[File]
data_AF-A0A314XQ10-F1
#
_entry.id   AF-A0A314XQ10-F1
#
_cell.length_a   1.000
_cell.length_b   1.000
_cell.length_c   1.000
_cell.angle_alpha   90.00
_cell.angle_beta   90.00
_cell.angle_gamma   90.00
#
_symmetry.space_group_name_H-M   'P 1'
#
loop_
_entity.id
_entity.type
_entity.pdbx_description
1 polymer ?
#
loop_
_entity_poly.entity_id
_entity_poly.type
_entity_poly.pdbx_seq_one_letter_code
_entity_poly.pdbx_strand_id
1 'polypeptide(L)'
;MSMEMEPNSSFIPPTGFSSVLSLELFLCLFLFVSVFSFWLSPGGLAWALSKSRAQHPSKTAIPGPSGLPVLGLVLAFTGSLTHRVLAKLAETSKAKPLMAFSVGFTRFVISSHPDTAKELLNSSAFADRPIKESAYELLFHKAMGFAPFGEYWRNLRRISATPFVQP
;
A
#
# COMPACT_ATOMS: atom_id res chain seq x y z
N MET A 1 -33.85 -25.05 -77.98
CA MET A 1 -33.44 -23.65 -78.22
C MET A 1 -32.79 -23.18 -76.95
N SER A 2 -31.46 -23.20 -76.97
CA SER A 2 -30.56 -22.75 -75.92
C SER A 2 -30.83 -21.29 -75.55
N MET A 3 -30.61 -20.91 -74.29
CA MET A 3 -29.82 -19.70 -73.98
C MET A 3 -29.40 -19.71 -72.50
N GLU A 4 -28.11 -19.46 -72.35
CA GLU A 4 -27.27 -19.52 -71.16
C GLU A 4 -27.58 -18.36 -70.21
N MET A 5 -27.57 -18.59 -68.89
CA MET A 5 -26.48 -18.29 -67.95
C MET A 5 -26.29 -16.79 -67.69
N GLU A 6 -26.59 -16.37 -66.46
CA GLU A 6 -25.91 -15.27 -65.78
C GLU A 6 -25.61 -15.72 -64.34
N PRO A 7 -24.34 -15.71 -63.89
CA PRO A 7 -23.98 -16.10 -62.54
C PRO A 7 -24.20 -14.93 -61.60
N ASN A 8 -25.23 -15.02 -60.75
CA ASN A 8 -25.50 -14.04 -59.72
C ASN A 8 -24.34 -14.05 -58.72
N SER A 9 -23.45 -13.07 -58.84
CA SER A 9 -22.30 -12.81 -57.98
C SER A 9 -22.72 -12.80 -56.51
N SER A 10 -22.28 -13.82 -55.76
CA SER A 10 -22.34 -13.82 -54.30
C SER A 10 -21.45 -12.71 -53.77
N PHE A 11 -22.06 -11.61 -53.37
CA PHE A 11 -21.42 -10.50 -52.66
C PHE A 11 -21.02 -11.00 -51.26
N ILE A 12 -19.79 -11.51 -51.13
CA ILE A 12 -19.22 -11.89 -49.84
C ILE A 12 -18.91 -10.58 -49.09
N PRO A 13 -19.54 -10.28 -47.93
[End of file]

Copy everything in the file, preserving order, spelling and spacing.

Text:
data_AF-A0A314XQ10-F1
#
_entry.id   AF-A0A314XQ10-F1
#
_cell.length_a   1.000
_cell.length_b   1.000
_cell.length_c   1.000
_cell.angle_alpha   90.00
_cell.angle_beta   90.00
_cell.angle_gamma   90.00
#
_symmetry.space_group_name_H-M   'P 1'
#
loop_
_entity.id
_entity.type
_entity.pdbx_description
1 polymer ?
#
loop_
_entity_poly.entity_id
_entity_poly.type
_entity_poly.pdbx_seq_one_letter_code
_entity_poly.pdbx_strand_id
1 'polypeptide(L)'
;MSMEMEPNSSFIPPTGFSSVLSLELFLCLFLFVSVFSFWLSPGGLAWALSKSRAQHPSKTAIPGPSGLPVLGLVLAFTGSLTHRVLAKLAETSKAKPLMAFSVGFTRFVISSHPDTAKELLNSSAFADRPIKESAYELLFHKAMGFAPFGEYWRNLRRISATPFVQP
;
A
#
# COMPACT_ATOMS: atom_id res chain seq x y z
N MET A 1 -33.85 -25.05 -77.98
CA MET A 1 -33.44 -23.65 -78.22
C MET A 1 -32.79 -23.18 -76.95
N SER A 2 -31.46 -23.20 -76.97
CA SER A 2 -30.56 -22.75 -75.92
C SER A 2 -30.83 -21.29 -75.55
N MET A 3 -30.61 -20.91 -74.29
CA MET A 3 -29.82 -19.70 -73.98
C MET A 3 -29.40 -19.71 -72.50
N GLU A 4 -28.11 -19.46 -72.35
CA GLU A 4 -27.27 -19.52 -71.16
C GLU A 4 -27.58 -18.36 -70.21
N MET A 5 -27.57 -18.59 -68.89
CA MET A 5 -26.48 -18.29 -67.95
C MET A 5 -26.29 -16.79 -67.69
N GLU A 6 -26.59 -16.37 -66.46
CA GLU A 6 -25.91 -15.27 -65.78
C GLU A 6 -25.61 -15.72 -64.34
N PRO A 7 -24.34 -15.71 -63.89
CA PRO A 7 -23.98 -16.10 -62.54
C PRO A 7 -24.20 -14.93 -61.60
N ASN A 8 -25.23 -15.02 -60.75
CA ASN A 8 -25.50 -14.04 -59.72
C ASN A 8 -24.34 -14.05 -58.72
N SER A 9 -23.45 -13.07 -58.84
CA SER A 9 -22.30 -12.81 -57.98
C SER A 9 -22.72 -12.80 -56.51
N SER A 10 -22.28 -13.82 -55.76
CA SER A 10 -22.34 -13.82 -54.30
C SER A 10 -21.45 -12.71 -53.77
N PHE A 11 -22.06 -11.61 -53.37
CA PHE A 11 -21.42 -10.50 -52.66
C PHE A 11 -21.02 -11.00 -51.26
N ILE A 12 -19.79 -11.51 -51.13
CA ILE A 12 -19.22 -11.89 -49.84
C ILE A 12 -18.91 -10.58 -49.09
N PRO A 13 -19.54 -10.28 -47.93